For anyone who has followed Gianluca Vialli’s happy footballing career and knows the seriousness of his battle for health, his triumphant embrace of Roberto Mancini on the Wembley pitch has become a defining image.
It’s the summer of 2021 and those two old friends have settled some scores. They returned to where they lost in the European Cup final with Sampdoria, delivering the Euros title for Italy at England’s expense, to heal the lingering scars of Italia ’90.
There’s added poignancy because Vialli has been in so much pain since being diagnosed with aggressive pancreatic cancer. He had received the all clear but knew it could come back at any time. Sadly, it came back too soon.
The honors go to former Chelsea, Juventus and Italy striker Gianluca Vialli (above)
He died on Friday at the age of 58. And, when the tributes came, they revolved around his fun-loving nature as much as his ability on the ball, his athleticism or as a scorer of spectacular goals.
‘A gorgeous soul,’ said Graeme Souness, the Sportsmail columnist who played with Vialli at Sampdoria. ‘Wonderful all around.’
Vialli became a dedicated professional. He trained hard, understood the team ethic and enjoyed the responsibility. He is strong, a runner and a clinical finisher.
However, he has not lost the essence of the free-spirited young forward with stiff curls, diamond earrings and a good portfolio of dressing-room pranks, dangerous when tussling with shaving foam and scissors.
He once locked Juventus fitness coach Gian Piero Ventrone in a closet and called the police to report a madman. He smeared soft cheese on the handkerchief that Arrigo Sacchi liked to fold in his top pocket.
Perhaps the carefree attitude and indifference to authority came from the comfort of a privileged upbringing.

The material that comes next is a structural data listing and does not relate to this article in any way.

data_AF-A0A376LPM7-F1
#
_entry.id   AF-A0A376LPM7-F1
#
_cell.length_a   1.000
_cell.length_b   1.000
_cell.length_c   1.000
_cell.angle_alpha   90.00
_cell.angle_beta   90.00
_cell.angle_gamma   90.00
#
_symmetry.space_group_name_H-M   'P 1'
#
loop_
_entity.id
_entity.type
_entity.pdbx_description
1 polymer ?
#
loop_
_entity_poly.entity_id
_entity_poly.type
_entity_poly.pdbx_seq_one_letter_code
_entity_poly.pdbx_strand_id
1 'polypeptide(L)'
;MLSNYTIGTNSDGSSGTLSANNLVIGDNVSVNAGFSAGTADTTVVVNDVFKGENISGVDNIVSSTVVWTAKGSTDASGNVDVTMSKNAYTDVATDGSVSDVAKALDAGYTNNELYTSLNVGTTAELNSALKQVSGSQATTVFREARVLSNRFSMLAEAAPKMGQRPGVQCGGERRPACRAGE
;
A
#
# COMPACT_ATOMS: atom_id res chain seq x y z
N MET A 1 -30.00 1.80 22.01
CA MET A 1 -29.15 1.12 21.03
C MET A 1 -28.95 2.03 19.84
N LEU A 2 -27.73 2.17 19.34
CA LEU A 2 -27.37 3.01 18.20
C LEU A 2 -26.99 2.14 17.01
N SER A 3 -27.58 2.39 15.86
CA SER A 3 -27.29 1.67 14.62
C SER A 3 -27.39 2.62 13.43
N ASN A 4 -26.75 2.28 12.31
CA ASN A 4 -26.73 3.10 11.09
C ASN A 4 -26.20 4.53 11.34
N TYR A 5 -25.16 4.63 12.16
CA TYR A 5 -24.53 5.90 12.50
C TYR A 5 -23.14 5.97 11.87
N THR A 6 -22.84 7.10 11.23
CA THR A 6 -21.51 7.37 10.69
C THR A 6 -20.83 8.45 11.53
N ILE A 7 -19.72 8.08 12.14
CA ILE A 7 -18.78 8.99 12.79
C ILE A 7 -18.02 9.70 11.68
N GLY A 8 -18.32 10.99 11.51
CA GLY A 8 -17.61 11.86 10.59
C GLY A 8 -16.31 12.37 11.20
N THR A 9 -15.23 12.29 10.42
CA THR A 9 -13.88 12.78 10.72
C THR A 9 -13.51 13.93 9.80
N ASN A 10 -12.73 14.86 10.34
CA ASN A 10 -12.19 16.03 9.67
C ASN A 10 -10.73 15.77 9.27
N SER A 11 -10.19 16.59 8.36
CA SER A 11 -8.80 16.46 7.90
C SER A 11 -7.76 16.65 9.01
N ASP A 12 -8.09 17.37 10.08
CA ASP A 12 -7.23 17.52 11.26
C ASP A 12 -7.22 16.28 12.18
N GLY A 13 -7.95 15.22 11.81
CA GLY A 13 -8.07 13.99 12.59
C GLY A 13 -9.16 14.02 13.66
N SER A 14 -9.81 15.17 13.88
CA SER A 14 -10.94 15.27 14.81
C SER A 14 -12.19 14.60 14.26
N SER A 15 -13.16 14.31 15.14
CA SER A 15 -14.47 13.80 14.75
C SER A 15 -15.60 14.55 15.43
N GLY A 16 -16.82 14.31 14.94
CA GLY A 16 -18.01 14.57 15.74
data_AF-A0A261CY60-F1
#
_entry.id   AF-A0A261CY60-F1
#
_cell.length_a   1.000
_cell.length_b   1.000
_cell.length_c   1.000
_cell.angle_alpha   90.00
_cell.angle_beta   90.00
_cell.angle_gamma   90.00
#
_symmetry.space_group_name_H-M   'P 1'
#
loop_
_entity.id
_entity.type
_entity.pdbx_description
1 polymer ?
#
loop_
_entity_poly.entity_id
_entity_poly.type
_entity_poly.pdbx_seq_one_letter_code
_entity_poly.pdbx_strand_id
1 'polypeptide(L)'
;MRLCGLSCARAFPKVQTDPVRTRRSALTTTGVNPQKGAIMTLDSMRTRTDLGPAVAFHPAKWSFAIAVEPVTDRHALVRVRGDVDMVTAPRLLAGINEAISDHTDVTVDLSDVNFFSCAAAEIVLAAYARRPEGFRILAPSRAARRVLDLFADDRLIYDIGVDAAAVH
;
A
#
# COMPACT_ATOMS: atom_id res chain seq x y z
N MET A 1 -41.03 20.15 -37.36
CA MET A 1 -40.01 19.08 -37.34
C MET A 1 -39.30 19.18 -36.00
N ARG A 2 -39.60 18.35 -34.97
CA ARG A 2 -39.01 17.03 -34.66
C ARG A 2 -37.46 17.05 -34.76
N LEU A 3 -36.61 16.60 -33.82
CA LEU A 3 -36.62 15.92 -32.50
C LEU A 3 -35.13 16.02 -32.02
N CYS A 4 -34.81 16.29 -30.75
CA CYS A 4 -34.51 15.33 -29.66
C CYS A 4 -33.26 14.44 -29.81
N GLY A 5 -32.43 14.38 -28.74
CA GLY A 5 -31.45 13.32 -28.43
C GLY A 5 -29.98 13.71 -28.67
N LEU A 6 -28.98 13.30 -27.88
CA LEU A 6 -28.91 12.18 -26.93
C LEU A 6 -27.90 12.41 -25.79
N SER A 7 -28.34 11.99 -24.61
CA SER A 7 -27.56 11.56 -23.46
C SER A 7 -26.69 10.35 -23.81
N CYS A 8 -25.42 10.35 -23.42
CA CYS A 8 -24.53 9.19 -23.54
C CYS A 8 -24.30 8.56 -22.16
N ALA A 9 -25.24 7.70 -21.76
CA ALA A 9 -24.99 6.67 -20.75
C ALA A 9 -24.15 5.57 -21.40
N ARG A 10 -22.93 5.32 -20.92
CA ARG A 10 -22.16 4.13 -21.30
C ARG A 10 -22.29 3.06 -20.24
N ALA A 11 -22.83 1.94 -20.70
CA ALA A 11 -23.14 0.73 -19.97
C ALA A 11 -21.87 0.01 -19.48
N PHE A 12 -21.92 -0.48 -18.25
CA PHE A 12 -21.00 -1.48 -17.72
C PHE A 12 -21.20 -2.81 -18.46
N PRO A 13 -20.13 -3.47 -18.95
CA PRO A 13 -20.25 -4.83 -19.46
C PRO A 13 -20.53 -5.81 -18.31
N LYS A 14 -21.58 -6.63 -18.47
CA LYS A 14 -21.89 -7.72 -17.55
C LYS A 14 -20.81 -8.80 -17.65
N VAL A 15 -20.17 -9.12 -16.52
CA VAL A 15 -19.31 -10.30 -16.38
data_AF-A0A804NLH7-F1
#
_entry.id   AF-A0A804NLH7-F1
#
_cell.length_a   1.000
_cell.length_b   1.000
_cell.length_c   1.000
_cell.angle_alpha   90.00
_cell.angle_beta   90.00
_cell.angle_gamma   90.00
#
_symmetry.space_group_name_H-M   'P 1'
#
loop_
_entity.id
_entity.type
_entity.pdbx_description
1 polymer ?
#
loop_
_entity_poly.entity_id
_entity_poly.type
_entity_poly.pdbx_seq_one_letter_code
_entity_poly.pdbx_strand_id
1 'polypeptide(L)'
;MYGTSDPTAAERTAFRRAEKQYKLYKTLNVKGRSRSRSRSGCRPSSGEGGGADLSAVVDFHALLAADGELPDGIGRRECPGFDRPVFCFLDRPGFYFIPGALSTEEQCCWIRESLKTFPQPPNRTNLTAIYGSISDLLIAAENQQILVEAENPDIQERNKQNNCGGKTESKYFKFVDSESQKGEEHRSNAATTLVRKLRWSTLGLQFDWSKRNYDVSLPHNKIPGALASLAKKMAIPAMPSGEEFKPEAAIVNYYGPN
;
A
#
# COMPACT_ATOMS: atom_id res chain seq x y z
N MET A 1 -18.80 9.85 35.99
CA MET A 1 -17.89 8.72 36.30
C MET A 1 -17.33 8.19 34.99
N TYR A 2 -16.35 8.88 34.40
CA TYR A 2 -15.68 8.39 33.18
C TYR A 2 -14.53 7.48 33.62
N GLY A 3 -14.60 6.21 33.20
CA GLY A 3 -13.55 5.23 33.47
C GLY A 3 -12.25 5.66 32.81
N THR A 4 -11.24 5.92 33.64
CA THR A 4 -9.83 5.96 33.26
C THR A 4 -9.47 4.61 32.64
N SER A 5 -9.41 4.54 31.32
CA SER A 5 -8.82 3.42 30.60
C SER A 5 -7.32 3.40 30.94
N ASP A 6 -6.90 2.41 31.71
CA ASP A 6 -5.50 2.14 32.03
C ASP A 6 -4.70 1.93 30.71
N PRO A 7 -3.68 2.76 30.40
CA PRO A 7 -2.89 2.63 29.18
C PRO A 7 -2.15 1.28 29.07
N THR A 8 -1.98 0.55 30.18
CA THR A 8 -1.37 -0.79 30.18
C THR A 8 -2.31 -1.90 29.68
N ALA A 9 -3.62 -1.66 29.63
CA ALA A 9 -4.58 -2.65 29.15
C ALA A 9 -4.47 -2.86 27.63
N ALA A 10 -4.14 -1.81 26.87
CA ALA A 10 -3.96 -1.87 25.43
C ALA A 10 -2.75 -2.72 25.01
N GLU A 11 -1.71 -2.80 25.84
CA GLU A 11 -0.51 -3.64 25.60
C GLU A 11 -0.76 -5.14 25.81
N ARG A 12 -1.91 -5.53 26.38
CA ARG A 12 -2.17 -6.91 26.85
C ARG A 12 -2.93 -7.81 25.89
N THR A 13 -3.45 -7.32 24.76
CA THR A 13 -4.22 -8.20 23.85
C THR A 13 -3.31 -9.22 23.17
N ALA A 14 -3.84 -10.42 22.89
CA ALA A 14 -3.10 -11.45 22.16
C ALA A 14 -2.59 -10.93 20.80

The youngest of five children, he was born into a wealthy family and grew up in a noble home near Cremona, south of Milan, where he spent time recovering from his first surgery and cancer treatment.
Vialli died at age 58 on Friday after a battle with aggressive pancreatic cancer
Vialli was 32 years old and barely spoke English when he arrived in London days after lifting the European Cup as captain of Juventus in 1996.
The deal represents a major coup for Blues chairman Ken Bates, a prodigious Bosman free transfer who has become a bona fide legend despite making fewer than 100 appearances.
Ruud Gullit often opted for a front two of Mark Hughes and Gianfranco Zola, who signed later that same year. Vialli was disappointed with his cameo role when the team won the FA Cup in 1997. Captain Dennis Wise wrote a message on a vest that read, ‘Cheer up Luca, we love you xx’.
However, Vialli made an impact, scoring four in a 6-0 win at Barnsley in his second season and, when Gullit was sacked in February 1998, Bates installed the then 33-year-old as player-manager.
Chelsea were 2-1 down after the first leg of the League Cup semi-final against Arsenal and Vialli’s first game in charge was the second leg. Before kick-off, he brought a tray of drinks into the dressing room with a shot glass and asked his team to toast their future.
They won 3–1, went on to beat Middlesbrough in the final, ended the season by beating Stuttgart in the European Cup-Winners’ Cup and started the next by beating Real Madrid in the UEFA Super Cup.
He became a bona fide legend at Chelsea despite playing less than 100 games for the Blues
Three trophies in six months and the emphatic start to his managerial career continued as Chelsea finished third to reach the Champions League for the first time.